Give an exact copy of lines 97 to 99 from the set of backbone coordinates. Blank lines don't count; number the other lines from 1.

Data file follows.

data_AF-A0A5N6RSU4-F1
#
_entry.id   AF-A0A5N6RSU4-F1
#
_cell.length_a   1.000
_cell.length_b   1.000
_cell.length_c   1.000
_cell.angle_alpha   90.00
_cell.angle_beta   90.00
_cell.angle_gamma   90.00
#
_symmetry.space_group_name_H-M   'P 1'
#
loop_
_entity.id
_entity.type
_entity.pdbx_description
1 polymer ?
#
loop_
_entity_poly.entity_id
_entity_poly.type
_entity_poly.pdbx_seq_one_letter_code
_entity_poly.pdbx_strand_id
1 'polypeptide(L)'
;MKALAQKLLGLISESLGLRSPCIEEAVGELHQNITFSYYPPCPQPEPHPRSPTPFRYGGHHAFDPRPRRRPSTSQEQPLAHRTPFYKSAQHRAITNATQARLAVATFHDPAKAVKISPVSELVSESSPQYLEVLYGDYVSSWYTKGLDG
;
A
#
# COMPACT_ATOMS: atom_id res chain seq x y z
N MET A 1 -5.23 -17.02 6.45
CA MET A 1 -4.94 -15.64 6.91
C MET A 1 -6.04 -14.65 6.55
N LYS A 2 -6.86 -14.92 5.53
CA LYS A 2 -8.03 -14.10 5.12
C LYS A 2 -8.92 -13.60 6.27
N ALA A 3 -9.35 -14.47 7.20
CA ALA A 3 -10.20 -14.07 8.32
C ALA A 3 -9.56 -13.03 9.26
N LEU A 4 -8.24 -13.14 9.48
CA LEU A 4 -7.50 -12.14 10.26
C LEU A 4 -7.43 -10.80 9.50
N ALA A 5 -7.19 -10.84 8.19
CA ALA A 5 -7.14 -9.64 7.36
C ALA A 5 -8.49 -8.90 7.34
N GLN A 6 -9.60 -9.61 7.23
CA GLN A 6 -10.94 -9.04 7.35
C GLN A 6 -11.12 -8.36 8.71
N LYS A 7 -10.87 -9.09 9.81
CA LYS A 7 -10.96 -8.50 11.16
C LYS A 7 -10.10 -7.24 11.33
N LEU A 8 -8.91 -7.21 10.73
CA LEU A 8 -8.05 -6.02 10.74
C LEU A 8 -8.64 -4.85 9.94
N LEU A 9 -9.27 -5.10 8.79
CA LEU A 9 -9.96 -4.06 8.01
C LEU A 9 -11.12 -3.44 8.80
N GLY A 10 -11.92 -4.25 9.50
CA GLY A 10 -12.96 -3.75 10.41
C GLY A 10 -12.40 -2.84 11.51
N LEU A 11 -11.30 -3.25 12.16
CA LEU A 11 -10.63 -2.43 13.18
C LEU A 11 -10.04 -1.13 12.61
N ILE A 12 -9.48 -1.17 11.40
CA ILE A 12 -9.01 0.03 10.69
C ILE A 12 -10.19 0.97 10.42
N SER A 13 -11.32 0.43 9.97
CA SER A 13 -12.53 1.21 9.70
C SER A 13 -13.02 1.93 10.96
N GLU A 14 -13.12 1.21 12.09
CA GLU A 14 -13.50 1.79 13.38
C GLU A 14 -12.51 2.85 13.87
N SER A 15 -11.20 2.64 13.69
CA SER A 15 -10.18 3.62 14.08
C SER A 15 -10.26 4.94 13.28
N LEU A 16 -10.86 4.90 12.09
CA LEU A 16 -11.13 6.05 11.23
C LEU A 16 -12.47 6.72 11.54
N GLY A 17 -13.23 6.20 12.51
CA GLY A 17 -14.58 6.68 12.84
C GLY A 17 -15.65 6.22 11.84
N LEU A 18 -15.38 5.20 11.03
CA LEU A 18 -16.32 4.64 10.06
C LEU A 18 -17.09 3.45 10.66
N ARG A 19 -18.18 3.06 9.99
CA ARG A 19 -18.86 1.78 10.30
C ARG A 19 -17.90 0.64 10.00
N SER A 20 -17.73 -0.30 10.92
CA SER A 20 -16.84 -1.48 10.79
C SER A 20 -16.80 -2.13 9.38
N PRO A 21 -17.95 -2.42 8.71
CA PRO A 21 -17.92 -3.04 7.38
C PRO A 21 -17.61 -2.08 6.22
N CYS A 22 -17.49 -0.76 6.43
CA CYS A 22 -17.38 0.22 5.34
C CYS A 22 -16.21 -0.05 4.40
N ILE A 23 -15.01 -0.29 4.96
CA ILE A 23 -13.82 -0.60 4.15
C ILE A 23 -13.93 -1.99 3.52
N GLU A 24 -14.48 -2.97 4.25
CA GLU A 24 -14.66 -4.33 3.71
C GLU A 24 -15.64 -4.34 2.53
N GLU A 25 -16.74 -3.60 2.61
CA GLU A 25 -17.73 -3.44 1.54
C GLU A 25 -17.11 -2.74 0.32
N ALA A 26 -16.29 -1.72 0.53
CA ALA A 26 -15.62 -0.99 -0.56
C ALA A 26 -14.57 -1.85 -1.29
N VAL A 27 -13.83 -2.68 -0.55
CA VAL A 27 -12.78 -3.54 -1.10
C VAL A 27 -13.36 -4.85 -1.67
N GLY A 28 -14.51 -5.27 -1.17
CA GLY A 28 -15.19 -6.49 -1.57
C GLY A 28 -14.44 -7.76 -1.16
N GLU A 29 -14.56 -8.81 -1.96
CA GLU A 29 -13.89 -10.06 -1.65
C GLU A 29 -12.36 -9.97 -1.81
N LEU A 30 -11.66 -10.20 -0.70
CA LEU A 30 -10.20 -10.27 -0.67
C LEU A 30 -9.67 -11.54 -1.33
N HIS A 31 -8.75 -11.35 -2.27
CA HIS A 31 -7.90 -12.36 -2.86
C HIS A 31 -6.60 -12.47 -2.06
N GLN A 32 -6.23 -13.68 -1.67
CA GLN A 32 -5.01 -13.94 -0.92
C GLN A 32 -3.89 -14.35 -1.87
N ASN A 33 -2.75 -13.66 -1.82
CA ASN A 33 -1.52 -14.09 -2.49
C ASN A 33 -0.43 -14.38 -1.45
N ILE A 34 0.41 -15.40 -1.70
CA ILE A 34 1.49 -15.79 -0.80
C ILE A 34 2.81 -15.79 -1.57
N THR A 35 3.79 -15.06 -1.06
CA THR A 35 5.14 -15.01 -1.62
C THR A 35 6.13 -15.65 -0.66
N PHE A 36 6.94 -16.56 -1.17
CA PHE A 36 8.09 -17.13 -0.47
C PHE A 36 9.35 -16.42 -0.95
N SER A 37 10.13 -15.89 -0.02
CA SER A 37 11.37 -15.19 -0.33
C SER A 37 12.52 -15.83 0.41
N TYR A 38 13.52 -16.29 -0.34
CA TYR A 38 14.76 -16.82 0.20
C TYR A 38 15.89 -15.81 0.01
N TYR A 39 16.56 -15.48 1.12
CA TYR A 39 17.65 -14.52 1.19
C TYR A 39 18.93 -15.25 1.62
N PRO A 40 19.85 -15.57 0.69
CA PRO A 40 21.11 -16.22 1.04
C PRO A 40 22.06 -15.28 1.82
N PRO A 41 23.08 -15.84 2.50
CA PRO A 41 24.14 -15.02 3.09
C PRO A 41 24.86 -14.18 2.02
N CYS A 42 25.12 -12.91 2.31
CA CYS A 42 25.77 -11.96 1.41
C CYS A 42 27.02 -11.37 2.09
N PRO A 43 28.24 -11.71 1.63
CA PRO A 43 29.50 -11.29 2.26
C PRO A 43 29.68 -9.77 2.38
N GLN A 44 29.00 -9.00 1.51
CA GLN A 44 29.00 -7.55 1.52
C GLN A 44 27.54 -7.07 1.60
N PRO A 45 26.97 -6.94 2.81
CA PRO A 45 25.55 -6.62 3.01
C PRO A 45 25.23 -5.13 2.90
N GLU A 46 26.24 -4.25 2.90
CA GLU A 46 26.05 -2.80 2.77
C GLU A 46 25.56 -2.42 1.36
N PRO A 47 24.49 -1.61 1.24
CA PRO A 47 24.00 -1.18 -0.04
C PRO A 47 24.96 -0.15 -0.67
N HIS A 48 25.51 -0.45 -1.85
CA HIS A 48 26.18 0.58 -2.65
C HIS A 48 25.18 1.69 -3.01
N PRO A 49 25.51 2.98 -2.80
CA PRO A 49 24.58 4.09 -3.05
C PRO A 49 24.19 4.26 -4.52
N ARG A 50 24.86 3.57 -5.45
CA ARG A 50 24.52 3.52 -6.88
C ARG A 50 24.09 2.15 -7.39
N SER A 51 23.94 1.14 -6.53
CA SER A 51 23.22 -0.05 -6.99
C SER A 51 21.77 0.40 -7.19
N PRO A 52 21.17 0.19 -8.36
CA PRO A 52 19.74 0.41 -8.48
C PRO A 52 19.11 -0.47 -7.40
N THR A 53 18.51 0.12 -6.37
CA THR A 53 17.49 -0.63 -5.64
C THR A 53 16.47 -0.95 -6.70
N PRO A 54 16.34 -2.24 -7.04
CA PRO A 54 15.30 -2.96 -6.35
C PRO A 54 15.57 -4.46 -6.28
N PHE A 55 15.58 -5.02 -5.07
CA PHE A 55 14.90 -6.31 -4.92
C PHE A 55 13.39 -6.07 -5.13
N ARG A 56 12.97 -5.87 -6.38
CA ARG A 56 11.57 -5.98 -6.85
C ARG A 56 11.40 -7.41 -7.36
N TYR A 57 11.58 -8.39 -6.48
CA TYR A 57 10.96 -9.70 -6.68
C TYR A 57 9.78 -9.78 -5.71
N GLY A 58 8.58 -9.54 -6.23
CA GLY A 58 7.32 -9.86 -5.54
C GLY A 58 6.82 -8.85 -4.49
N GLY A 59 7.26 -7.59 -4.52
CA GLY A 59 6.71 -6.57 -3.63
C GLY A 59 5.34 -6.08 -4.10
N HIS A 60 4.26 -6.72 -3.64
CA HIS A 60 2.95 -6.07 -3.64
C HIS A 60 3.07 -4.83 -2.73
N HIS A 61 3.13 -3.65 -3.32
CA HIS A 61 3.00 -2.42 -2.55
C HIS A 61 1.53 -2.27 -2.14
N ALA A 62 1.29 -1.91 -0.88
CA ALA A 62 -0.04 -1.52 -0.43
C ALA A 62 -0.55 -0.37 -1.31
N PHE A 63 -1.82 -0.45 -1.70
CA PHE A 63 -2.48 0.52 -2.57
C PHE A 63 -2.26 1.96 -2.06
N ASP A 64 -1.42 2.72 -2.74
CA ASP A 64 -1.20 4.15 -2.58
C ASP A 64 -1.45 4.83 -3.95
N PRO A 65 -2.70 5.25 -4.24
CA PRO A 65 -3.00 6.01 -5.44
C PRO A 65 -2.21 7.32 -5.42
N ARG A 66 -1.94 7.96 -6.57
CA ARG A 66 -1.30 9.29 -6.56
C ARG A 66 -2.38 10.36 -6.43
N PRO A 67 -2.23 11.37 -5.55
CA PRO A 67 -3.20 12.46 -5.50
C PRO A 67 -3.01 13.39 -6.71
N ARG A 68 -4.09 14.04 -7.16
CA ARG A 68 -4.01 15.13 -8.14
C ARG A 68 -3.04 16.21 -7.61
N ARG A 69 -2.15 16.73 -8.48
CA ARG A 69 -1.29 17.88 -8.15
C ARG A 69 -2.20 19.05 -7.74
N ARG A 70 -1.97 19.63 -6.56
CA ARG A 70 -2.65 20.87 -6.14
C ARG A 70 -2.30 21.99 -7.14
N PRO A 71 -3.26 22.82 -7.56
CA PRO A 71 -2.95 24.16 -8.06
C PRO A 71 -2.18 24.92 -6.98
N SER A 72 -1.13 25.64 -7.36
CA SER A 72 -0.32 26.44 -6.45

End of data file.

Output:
N ILE A 23 -15.01 -0.29 4.96
CA ILE A 23 -13.82 -0.60 4.15
C ILE A 23 -13.93 -1.99 3.52